The UMass Lowell doctoral program in chemistry is designed to provide the students with a background in advanced course work and chemical laboratory techniques that will prepare them to carry out, under the guidance of experienced scientists, an original, independent investigation that will lead to an acceptable contribution to the body of contemporary knowledge. The requirements of this program exactly parallel the requirements of the Ph.D. Organic Chemistry Specialization with the exception that an additional 9 credits of course work are required above the 27-credit minimum required for the Organic Ph.D. Furthermore, the requirements of this program closely parallel those of the other highly successful doctoral programs in chemistry at UMass Lowell.
The doctoral degree normally requires four years of study beyond the bachelor's degree or a minimum of two to three years beyond the master's degree. The plan of study pursued by each student is dependent on individual requirements and is developed through a conference with the Advisory Committee (or with his or her temporary advisor). The initial part of the student's program, normally completed at the end of two years of study, is devoted to formal course work. The first year is usually given to subjects in the major branches of chemistry in preparation for area (candidacy) examinations. The second year is devoted primarily to advanced subjects in a special field of concentration. The second and final part of the program is devoted principally to research leading to the doctoral thesis. However, the student is encouraged to begin research as early as possible in the program of study.
Of the 54-minimum credit requirements, a minimum of 36 credits in course work, exclusive of thesis and seminar, is required with at least 21 graduate credits to be taken in chemistry listed in the two sections that follow. Credit is not normally allowed for undergraduate subjects in chemistry except for those so designated in the catalog. Research credits and seminars would then make up the remainder of the 54-credit requirement. Planning the program of courses with the student is the responsibility of a student's Advisory Committee.
31.521 Introduction to Green Chemistry
AND one additional course having an 84- or 97- prefix OR a course from a closely related discipline.
Students in the Green Chemistry Option must pass four cumulative examinations to be taken at the beginning of the second full year of study. The exams will be given eight times in the Fall semester at two week intervals, and four must be passed to satisfy this requirement. The exams will be based on the required courses, seminars, and knowledge of the current literature from state-of-the-art journals such as Journal of the American Chemical Society, Journal of Organic Chemistry, Chemical Communications, Angewandte Chemie International Edition, Organic Letters, Accounts of Chemical Research, and Chemical Reviews.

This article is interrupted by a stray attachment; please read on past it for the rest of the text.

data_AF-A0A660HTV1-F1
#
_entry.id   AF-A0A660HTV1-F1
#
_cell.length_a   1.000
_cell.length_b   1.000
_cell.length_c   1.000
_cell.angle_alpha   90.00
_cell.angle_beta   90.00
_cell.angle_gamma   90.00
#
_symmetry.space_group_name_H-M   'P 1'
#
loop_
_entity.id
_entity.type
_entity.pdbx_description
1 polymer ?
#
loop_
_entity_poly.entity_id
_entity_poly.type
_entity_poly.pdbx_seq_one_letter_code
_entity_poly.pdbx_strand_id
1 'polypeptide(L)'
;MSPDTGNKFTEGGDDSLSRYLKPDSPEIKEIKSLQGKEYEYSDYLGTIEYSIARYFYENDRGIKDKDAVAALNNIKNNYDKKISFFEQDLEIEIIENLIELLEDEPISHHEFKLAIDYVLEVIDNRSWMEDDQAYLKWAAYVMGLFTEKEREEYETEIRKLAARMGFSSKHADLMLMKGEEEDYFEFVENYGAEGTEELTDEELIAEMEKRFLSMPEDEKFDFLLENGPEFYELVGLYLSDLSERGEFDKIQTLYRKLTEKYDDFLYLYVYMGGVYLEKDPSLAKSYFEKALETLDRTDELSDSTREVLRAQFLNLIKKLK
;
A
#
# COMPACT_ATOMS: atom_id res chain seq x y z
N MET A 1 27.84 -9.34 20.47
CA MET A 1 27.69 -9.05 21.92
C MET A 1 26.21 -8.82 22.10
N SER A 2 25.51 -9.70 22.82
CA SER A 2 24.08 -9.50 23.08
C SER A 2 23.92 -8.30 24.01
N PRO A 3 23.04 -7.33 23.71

Each cumulative examination will consist of announced and unannounced topics at the discretion of the examiner. The exam will be three hours in duration. The examining faculty will include the Organic Chemistry/Green Chemistry Committee. Topics to be covered on the examinations will be determined by the Committee. A faculty member from the Department of Chemistry at the University of Massachusetts at Dartmouth may also be included, as appropriate in a given year when student(s) in the joint doctoral program with UMass Dartmouth are taking cumulative exams. The grading of each exam will be “pass” or “fail.”
For those students entering the Program by transferring in from the Work Environment Department AND who have satisfied green chemistry cumulative exams administered by green chemistry faculty members, credit for one cumulative exam will be awarded with the approval of the Organic Chemistry/Green Chemistry Committee.
Upon completion of the cumulative examination requirement, a student must defend an original research proposal within three months. The topic of the proposal should be different from the research topic of the student. The defense will be public and the examining committee must have a minimum of two voting chemistry faculty members. There should be a thesis advising committee consisting of at least four UMass Lowell faculty members with a minimum of two voting chemistry faculty members. The rest of committee members may include a co-advisor and non-chemistry faculty as voting members. All members have to be UMass Lowell faculty. The subject of the proposal requires approval of the committee prior to presentation; unanimous decision of the Committee is required for the student to successfully satisfy this requirement.
A student must present at least two seminars in the course of a Ph.D. program.
By the end of the first academic year of graduate study, the student must select a research advisor in the Chemistry Department. A non-chemistry faculty member may be a co-advisor, but in such a case, the co-advisor is responsible for the support of the student.